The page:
This is the second part in a series discussing the benefits of one of the most important, but least understood technologies in the parking industry: the Mobile Wallet. You can find Part I here.
In part I our focus was strictly on the benefits of the mobile wallet with respect to merchant processing savings. Those savings are significant as we showed. Merchant wallets can save operators upwards of 27 cents a transaction, which accounts to millions in savings for some parking operators. Those numbers are significant, making merchant savings the primary benefit to the mobile wallet. But, that savings is just one part of their benefit, and the design of the wallet impacts this merchant savings benefit significantly.
In this post we’re going to cover the 2 designs we commonly see in the parking industry. The provider mobile wallet and the operator mobile wallet. Each has different pros and cons which we will touch upon in this article.
Provider’s Mobile Wallet
With a provider mobile wallet, you will be using what we at Passport call an ‘open loop’ wallet. This ‘open loop’ wallet acts much like a credit card, as it can be used with multiple parking operators rather than just one.
With a provider wallet, the funds flow into the provider’s bank account and are held there so they can be used with any number of parking operators. When a parker parks at an operator facility and utilizes the provider wallet, the provider remits funds to the operator equal to the amount used by the parker at their facility.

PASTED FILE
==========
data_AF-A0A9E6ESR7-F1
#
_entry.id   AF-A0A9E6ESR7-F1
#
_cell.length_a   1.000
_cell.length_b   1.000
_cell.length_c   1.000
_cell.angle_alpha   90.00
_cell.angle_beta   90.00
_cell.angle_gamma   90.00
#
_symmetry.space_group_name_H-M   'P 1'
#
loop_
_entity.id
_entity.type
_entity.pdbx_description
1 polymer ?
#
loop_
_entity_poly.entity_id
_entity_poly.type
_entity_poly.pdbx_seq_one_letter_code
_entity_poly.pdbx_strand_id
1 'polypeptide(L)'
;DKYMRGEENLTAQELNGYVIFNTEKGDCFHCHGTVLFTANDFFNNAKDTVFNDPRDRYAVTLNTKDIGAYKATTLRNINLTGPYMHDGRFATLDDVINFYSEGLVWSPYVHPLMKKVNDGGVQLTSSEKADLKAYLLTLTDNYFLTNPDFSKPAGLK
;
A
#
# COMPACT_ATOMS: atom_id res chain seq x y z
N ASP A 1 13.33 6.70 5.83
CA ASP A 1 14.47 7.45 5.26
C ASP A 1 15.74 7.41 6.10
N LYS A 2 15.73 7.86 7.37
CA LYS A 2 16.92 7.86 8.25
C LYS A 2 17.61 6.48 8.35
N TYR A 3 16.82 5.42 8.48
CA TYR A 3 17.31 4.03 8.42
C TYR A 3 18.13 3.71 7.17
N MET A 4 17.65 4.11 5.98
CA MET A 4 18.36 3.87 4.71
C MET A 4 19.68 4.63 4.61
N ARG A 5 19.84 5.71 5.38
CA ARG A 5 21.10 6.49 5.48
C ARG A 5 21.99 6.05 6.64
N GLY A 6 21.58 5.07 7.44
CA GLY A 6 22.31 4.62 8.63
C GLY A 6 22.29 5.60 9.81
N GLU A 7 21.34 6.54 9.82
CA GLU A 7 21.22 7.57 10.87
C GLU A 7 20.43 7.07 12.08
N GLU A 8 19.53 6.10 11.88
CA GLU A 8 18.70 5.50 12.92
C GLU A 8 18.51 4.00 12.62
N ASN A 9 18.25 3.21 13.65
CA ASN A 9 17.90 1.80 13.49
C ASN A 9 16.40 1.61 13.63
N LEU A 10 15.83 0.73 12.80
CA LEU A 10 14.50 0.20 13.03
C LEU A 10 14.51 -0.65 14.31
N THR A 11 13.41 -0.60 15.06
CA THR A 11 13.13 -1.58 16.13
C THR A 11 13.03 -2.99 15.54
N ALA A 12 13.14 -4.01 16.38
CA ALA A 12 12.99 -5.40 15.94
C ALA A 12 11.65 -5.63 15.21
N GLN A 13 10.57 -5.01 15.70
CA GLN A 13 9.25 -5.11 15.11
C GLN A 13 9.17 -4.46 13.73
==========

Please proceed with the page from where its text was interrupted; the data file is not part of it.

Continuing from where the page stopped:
Because the funds initially flow to the provider and stay with the provider, they end up paying the merchant processing fees on the wallet load. On each usage, they need to determine what to charge the operator (or the parker) in order to get that merchant processing cost back. We will call this a “Wallet Processing Fee”. The way this works is the provider charges something similar to a normal credit card merchant processing fee, with some sort of discount. By charging a wallet processing fee, the provider can make back the credit card merchant fees with additional revenues while the operator still saves with a discounted rate.
The major benefit to the provider wallet is that the ubiquity of the wallet, and thus its increased availability create more utility for the parker. In short, it allows the parker to use the wallet more often. The negative side to this wallet is that the savings are generally not as good for the operator and it is difficult to distribute the benefit evenly across different operators because of different average rates. Because of these aspects, the provider wallet is commonly preferred by smaller operators.
Operator’s Mobile Wallet
An operator wallet, on the other hand, is what we at Passport call a ‘closed loop’ wallet. A ‘closed loop’ wallet acts more like a gift card rather than a credit card. You can’t use that Target card at Walmart, right? The same is true here. When you create your wallet with operator A, you generally can’t use it with operator B (we at Passport allow for this, but it requires the finance departments at operator A and B to work together).
In this closed wallet scenario, the operator bears the burden of all of the wallet load credit card fees, but they also bear all of the benefit of the successive uses of those funds, which are free.
The downside is that the decreased availability and utility of the wallet (ie limited locations) means that less parkers are likely to choose to use the wallet. But, in large installations, where parking is already ubiquitous the utility to the parker remains. You will find that the operator wallet is preferable for large installations.
These explanations cover the basics of the provider and operator wallet - two wallet implementations that create slightly different benefits to the operator and the parker.
In the next parts of our series we will touch on the next benefit of the wallet - customer loyalty.